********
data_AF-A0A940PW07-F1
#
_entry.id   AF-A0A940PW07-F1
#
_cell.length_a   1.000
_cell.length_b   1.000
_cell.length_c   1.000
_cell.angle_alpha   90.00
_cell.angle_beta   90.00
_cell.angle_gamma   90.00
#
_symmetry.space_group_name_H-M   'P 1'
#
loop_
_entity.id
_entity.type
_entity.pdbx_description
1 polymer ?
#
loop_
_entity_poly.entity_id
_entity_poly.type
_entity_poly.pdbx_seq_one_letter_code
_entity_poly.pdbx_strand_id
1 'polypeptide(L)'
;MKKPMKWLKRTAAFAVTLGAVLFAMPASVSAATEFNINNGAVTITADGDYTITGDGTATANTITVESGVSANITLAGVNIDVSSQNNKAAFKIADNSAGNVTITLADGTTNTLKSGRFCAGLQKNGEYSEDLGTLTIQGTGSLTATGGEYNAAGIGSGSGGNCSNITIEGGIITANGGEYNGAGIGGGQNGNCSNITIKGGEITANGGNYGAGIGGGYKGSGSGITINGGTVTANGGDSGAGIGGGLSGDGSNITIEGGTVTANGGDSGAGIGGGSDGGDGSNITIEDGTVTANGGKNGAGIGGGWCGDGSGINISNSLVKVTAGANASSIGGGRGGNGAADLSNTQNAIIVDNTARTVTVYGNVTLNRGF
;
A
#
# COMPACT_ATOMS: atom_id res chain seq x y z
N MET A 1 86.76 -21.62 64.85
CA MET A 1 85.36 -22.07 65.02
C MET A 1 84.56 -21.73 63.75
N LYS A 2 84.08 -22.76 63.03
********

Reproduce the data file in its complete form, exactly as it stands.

data_AF-A0A940PW07-F1
#
_entry.id   AF-A0A940PW07-F1
#
_cell.length_a   1.000
_cell.length_b   1.000
_cell.length_c   1.000
_cell.angle_alpha   90.00
_cell.angle_beta   90.00
_cell.angle_gamma   90.00
#
_symmetry.space_group_name_H-M   'P 1'
#
loop_
_entity.id
_entity.type
_entity.pdbx_description
1 polymer ?
#
loop_
_entity_poly.entity_id
_entity_poly.type
_entity_poly.pdbx_seq_one_letter_code
_entity_poly.pdbx_strand_id
1 'polypeptide(L)'
;MKKPMKWLKRTAAFAVTLGAVLFAMPASVSAATEFNINNGAVTITADGDYTITGDGTATANTITVESGVSANITLAGVNIDVSSQNNKAAFKIADNSAGNVTITLADGTTNTLKSGRFCAGLQKNGEYSEDLGTLTIQGTGSLTATGGEYNAAGIGSGSGGNCSNITIEGGIITANGGEYNGAGIGGGQNGNCSNITIKGGEITANGGNYGAGIGGGYKGSGSGITINGGTVTANGGDSGAGIGGGLSGDGSNITIEGGTVTANGGDSGAGIGGGSDGGDGSNITIEDGTVTANGGKNGAGIGGGWCGDGSGINISNSLVKVTAGANASSIGGGRGGNGAADLSNTQNAIIVDNTARTVTVYGNVTLNRGF
;
A
#
# COMPACT_ATOMS: atom_id res chain seq x y z
N MET A 1 86.76 -21.62 64.85
CA MET A 1 85.36 -22.07 65.02
C MET A 1 84.56 -21.73 63.75
N LYS A 2 84.08 -22.76 63.03